The worst storm of the season has been rolling over western and northern Norway since Wednesday, closing roads and bridges, forcing vessels into port and leaving thousands without power from Trøndelag in the south to Finnmark in the north.
The storm started Wednesday afternoon and raged throughout the night, reports yr.no, with winds so strong that not even the state meteorological institute had a full overview. Institute officials hadn’t been able to collect data by midday Thursday, because several weather stations were without power.
State meteorologist Eirik Samuelsen could report, however, that winds blew at a rate of 29.2 meters per second at the Rotvær lighthouse at Ofoten in the Vest Fjord. The winds registered as “strong storm” for three full hours and are believed to have been among the strongest along the coast, at times as strong as 38.9 meters per second, Samuelsen said.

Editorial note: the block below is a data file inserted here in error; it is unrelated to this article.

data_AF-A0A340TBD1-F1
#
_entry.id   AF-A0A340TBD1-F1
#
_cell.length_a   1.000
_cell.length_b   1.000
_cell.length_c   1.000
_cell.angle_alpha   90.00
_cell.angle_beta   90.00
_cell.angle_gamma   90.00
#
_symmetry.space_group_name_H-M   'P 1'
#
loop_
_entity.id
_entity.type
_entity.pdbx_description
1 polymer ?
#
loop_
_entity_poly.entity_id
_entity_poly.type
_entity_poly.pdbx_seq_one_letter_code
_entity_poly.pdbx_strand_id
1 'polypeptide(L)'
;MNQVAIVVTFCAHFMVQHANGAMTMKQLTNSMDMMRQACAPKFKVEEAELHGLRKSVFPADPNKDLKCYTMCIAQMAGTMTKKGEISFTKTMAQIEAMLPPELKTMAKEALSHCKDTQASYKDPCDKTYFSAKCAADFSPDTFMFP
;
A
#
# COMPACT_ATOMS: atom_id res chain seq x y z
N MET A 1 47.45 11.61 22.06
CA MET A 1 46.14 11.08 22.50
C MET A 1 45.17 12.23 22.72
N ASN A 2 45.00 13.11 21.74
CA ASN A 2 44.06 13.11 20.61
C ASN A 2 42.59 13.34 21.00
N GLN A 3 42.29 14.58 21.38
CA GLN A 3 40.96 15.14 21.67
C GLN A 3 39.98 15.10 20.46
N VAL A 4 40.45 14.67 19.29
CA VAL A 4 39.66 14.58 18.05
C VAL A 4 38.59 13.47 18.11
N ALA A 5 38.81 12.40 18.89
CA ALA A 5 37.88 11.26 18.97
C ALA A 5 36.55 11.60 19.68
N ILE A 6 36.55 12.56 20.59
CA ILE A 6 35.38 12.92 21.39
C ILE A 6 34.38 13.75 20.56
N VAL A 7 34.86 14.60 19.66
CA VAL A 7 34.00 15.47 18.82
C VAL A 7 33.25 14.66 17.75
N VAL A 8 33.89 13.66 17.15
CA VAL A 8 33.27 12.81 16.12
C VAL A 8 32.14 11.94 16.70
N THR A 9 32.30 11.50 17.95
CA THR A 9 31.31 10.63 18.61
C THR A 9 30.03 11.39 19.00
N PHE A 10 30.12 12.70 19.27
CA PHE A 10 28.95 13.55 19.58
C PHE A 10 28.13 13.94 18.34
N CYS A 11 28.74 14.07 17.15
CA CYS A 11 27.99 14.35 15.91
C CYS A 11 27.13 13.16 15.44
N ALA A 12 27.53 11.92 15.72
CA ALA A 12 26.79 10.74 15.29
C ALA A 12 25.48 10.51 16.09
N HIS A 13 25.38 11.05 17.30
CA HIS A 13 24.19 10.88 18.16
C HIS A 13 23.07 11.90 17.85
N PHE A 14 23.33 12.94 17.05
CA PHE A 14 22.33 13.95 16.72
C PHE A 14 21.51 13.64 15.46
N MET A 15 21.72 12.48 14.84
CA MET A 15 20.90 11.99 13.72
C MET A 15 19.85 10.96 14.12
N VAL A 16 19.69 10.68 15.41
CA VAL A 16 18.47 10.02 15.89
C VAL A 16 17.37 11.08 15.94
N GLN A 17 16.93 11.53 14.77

The island of Røst off Lofoten, the airport at Bodø, and areas along the coasts of Helgeland and Nord-Trøndelag all registered full storm, with seas so high that the gas ferry Korsfjørd couldn’t make it into port. “Seven hours out on the fjord was no fun,” its captain told Norwegian Broadcasting (NRK).
Most ferry routes were cancelled plus the fast boat service between Trondheim and Kristiansund and a route between Kristiansund and Edøy. The large coastal voyage vessels of Hurtigruten were forced to drop several stops and all helicopter traffic was cancelled. Oil and gas installations in the North Sea including those on the Norne and Heidrun fields were cut off from helicopter access because of the storm.
The storm moved northeast from the counties of Møre og Romsdal to Trøndelag and Nordland, and on Thursday it was raging over Troms and Finnmark. At the airport at Vadsø, officials resorted to special measures to keep grounded aircraft from being blown off the icy runways. They parked large, heavy machinery near one plane from airline Widerøe, to help block the wind.
Many roads and mountain passes remained closed on Thursday all over Troms and Finnmark, including the E6 highway at Nordnes and over Kvænangsfjellet. Thousands of households were also without power or television coverage, also at Lofoten.
Views and News from Norway/Nina Berglund
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